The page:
Back on January 14, 2020, Windows 7 reached its end of life. However, those of us who work in the IT field still see plenty of older computers in our day-to-day work. Many businesses have been reluctant to upgrade or switch to Windows 10.
Frankly, I understand the concern. Hardware and software can be a huge investment, especially for SMBs who are budget-crunched. But it may be worth the investment to avoid potential pitfalls down the road. Eventually, Windows 7 will not be a viable operating system. But why?
End of life for a product basically means that your operating system will no longer receive updates from Microsoft. You won’t receive any technical support from Microsoft. But most importantly, your computer won’t receive security updates, patches, and fixes necessary to keep your computer secure. That can open up your computer to a disastrous set of circumstances that could lead to data loss and more.
Over time, companies will also stop providing updates for the software that runs on your computer. For example, Google Chrome is one of the most popular browsers available. Google has already said that they will continue to support Chrome on Windows 7 for at least 18 months. That gives you until July 2021 to keep using a secure browser. But 18 months isn’t forever.
The same holds true for any antivirus program you may be running on your Windows 7 system. Eventually, your AV will no longer be able to protect your system. And it isn’t the job of your AV to patch the holes in your operating system. Over time, Windows 7 will become unusable as an online tool, just like Windows XP. You definitely don’t want to go online with an XP machine and a Windows 7 machine should be treated the same.
Now I don’t want anyone to go into panic mode and think that they need to replace all of their computers right now. You should have been working with your IT guy to develop a working strategy for replacing older Windows 7 machines. If you didn’t, there’s still time.
I’m a big fan of the “staggered replacement” approach to computer replacement. If you have an office with 10 computers, you may want to consider replacing two or three of those computers each year. I’ve been in some businesses where they purchased all brand new hardware in a single year and that creates a problem down the road. As the computers bleed out of warranty, they begin to fail and they almost always seem to fail at the same time.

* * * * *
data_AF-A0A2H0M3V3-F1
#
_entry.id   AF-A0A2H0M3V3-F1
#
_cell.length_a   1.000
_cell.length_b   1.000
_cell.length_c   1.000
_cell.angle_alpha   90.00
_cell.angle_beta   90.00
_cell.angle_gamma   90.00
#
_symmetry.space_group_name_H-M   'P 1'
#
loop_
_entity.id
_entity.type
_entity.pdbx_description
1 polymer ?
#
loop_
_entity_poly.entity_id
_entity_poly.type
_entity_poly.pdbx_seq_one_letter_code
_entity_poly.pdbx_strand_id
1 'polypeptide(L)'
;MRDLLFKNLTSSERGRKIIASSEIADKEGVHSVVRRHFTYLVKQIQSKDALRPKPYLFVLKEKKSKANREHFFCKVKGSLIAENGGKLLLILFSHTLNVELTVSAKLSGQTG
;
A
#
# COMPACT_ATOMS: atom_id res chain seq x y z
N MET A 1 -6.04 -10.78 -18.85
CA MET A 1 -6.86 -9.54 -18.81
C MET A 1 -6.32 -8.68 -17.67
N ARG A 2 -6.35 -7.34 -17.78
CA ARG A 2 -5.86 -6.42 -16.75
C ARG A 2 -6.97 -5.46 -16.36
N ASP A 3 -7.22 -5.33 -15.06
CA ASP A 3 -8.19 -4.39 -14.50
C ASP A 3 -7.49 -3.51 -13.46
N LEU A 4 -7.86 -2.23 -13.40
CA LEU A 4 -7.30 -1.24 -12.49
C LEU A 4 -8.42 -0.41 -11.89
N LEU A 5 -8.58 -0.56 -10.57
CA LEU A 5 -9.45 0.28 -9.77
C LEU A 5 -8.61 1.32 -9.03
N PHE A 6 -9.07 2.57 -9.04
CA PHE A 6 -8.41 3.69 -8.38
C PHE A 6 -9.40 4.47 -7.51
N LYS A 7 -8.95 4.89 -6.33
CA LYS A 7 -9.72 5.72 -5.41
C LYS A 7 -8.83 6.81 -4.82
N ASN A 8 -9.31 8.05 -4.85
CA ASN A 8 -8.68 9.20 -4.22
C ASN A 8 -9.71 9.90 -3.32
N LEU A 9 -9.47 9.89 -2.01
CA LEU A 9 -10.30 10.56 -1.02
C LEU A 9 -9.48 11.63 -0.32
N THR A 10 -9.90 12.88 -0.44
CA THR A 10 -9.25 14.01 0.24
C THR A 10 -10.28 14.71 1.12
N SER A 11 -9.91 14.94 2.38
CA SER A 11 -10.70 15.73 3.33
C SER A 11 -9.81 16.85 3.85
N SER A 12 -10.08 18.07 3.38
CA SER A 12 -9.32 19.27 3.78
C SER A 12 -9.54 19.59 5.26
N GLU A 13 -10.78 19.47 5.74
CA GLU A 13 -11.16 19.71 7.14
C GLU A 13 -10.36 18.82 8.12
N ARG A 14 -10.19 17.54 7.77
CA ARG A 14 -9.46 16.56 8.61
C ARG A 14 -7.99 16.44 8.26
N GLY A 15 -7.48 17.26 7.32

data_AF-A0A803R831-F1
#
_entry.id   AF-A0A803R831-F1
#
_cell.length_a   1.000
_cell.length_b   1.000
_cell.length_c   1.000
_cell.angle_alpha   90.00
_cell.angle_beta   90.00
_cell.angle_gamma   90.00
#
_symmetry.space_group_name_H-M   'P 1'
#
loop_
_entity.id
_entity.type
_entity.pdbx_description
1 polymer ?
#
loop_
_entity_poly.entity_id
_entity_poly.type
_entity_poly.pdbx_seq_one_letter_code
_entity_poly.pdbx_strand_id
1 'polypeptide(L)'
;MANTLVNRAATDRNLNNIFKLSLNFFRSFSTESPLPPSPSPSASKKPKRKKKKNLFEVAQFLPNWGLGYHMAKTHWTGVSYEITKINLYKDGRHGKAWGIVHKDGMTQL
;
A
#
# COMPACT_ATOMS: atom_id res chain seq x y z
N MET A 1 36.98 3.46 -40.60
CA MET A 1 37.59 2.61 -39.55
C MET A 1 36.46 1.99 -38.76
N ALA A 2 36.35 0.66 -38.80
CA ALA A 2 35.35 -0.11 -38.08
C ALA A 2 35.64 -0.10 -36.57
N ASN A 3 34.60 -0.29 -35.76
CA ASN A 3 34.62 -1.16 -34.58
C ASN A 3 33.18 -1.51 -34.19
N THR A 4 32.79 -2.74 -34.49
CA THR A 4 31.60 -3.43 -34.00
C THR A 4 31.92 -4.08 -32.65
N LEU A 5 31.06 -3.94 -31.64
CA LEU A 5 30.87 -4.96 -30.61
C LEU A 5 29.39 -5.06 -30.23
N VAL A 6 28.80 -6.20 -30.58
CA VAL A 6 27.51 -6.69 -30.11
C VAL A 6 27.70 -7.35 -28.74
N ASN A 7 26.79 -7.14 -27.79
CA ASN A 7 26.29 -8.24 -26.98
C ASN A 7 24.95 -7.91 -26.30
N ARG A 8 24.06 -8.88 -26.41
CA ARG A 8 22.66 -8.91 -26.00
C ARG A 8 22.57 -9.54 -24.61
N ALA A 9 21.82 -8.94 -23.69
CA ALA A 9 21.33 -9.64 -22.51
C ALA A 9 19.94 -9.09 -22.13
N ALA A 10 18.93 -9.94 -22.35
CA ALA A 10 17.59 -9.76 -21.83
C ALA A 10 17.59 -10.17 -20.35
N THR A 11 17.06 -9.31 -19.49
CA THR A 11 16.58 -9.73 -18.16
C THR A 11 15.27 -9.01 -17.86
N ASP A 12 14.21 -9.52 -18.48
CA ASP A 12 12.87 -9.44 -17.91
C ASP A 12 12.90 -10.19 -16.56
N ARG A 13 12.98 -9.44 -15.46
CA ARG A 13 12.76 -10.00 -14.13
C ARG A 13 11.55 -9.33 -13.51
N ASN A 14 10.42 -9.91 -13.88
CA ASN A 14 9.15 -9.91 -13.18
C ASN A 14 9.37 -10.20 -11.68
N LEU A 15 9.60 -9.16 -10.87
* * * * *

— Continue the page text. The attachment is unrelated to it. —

This creates a unique problem where Windows 7 end of life is concerned. The end of life date has already passed, with a year or so of third-part software support available, if you’re lucky. The staggered replacement approach may not be a good option. In some offices, it may be necessary to replace all of the old Windows 7 computers. In this case, I may recommend a mix of new and refurbished systems. Refurbs are a great value and can last for several years. In some cases, a refurbished system can have the same warranty length as a brand new computer at a fraction of the cost.
Upgrading your systems may also be a viable alternative, but that will depend on the age of the computer and the hardware specs. If a computer is 8 years and has a standard “spinner drive” (as I like to call them), you may want to consider replacement. But if you have a newer computer that is only 4 years old with an solid state drive (SSD), then it might be a good candidate for upgrading. As far as hardware requirements go, we recommend a PC or laptop has an Intel i5 processor, a 256GB SSD, and 8GB of RAM or memory. Now that can vary depending on the user, but those are our go-to specs for Windows 10 systems.
Some businesses may also find themselves in trouble if they don’t upgrade. If you’ve ever had to deal with HIPAA, then you know that there are some stringent requirements to stay in compliance. One of those requirements is to keep your computer systems up-to-date. Using Windows 7 is a HIPAA violation since you can’t patch or update the system. Doctor offices, dentists, pharmacies, and the like may be at risk.
Now given everything that I’ve written here, I want to say that you may have a Windows 7 computer at home that works just fine and you may still be able to use it by modifying the way you use it. It may allow you to play Solitaire, read the news, and browse for new recipes. But I wouldn’t recommend doing your banking on that machine or logging into websites. Eventually, you will want to make sure that your Windows 7 computer is completely disconnected from the internet. Unplug the cable or turn off the Wi-Fi. Stop using Windows 7 and save yourself from some potential trouble down the road.